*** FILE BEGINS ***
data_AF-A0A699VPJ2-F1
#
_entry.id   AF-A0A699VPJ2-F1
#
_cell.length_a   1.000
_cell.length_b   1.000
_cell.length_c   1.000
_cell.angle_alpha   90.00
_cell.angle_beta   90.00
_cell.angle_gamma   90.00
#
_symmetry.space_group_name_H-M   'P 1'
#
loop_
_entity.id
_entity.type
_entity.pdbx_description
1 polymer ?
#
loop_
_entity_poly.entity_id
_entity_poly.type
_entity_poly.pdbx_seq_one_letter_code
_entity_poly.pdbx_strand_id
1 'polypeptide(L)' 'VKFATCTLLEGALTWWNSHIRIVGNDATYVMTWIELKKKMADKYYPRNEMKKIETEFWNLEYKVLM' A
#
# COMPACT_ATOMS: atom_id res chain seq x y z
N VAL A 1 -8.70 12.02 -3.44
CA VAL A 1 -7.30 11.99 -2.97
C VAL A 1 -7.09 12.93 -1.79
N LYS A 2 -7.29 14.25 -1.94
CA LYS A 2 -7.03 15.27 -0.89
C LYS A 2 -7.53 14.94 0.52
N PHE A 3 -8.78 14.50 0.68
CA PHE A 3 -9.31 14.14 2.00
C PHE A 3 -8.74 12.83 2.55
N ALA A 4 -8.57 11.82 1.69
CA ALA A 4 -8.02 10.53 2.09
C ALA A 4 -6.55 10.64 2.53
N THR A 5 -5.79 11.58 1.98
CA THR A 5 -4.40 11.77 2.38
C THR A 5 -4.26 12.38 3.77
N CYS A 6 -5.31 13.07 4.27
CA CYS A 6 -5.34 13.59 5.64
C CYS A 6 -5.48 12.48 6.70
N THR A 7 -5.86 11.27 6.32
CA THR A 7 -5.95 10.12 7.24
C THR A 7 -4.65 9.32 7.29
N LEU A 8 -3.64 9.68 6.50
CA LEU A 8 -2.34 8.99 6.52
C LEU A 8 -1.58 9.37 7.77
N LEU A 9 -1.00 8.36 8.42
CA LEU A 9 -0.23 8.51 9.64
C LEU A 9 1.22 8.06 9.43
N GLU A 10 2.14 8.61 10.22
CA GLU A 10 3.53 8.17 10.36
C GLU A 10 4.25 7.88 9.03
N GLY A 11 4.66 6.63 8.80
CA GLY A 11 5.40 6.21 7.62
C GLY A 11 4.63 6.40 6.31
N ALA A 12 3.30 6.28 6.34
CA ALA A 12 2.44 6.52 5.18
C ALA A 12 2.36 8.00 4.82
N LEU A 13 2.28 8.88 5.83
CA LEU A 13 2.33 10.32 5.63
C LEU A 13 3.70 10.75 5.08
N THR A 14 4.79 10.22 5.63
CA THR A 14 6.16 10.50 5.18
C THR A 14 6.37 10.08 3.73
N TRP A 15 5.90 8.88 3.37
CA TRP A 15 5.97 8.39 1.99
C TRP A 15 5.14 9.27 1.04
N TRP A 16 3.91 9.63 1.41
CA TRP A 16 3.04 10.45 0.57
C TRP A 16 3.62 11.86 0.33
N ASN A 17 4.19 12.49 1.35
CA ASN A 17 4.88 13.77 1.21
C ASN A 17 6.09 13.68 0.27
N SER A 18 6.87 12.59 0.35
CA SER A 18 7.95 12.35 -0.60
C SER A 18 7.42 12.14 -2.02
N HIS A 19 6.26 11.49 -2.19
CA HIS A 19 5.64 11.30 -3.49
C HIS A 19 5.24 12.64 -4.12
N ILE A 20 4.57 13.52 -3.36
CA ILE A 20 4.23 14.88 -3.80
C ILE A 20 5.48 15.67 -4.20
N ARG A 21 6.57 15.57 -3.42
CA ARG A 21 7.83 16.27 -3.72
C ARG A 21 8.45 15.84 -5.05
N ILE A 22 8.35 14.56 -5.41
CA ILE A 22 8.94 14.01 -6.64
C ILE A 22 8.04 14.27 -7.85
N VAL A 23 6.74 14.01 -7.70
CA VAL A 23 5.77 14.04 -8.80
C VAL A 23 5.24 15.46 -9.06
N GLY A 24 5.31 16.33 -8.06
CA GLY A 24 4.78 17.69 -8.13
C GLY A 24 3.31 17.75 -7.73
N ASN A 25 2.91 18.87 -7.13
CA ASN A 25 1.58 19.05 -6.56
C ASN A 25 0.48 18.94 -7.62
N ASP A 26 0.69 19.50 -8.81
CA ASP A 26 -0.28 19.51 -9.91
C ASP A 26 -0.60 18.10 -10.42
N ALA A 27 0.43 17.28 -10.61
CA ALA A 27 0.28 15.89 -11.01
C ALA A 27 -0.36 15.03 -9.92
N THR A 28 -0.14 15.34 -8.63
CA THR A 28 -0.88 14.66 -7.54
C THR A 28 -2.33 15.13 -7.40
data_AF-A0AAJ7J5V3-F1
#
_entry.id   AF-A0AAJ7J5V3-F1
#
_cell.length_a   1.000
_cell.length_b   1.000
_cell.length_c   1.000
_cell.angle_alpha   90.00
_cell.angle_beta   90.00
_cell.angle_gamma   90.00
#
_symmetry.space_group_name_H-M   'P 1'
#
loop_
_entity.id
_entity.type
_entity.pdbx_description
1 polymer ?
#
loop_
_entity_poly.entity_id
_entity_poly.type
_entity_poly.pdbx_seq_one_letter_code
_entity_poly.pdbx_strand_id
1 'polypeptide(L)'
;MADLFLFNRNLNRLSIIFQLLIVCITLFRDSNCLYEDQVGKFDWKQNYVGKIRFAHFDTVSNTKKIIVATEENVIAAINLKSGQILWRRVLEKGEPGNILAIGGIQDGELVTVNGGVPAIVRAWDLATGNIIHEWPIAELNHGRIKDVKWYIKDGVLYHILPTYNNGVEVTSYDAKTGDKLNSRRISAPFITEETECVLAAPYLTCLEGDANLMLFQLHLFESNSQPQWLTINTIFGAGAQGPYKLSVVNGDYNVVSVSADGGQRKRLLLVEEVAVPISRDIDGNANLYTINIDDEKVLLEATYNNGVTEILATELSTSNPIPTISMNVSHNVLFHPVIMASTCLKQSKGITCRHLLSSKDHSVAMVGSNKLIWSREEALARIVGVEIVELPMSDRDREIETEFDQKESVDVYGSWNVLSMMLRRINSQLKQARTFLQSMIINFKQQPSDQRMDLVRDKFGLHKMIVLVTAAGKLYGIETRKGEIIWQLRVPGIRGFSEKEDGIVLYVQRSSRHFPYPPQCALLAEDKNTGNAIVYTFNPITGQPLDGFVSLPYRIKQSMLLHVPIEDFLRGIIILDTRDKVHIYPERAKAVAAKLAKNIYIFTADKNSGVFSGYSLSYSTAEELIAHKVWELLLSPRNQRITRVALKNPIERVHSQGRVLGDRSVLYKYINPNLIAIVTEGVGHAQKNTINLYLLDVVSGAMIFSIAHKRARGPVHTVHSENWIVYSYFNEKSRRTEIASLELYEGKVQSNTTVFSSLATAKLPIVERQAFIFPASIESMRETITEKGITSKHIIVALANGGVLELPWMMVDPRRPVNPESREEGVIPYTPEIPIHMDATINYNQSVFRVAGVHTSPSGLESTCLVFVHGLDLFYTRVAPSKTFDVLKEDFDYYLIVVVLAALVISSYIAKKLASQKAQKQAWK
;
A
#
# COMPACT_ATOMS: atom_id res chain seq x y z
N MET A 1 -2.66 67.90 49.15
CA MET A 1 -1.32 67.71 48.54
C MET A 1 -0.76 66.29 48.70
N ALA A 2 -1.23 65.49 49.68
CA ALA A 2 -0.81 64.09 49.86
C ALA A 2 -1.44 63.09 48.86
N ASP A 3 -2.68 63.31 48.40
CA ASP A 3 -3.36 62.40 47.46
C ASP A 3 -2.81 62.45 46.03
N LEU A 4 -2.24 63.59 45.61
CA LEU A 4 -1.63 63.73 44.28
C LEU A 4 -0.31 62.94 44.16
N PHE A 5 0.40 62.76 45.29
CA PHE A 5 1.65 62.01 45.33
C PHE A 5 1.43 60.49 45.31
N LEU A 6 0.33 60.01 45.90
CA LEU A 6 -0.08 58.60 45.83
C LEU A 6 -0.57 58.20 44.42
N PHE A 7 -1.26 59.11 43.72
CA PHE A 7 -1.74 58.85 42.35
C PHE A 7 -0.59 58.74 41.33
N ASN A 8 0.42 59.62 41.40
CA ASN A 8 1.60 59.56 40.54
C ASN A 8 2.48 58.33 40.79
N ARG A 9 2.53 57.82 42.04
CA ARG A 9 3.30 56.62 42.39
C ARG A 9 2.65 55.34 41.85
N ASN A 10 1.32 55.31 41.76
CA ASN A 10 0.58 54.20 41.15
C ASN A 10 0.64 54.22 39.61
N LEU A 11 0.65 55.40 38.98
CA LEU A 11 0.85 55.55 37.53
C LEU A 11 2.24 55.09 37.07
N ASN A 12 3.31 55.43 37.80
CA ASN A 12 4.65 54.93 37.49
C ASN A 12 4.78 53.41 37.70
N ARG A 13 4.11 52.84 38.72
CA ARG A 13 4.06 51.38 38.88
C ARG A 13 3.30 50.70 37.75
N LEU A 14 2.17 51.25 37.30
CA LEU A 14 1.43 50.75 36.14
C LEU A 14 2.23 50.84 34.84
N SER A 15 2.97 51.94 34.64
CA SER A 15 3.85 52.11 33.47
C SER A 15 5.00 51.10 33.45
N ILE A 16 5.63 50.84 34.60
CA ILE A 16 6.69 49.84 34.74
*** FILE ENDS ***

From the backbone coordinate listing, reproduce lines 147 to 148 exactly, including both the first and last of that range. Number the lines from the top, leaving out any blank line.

C ALA A 2 -1.44 63.09 48.86
N ASP A 3 -2.68 63.31 48.40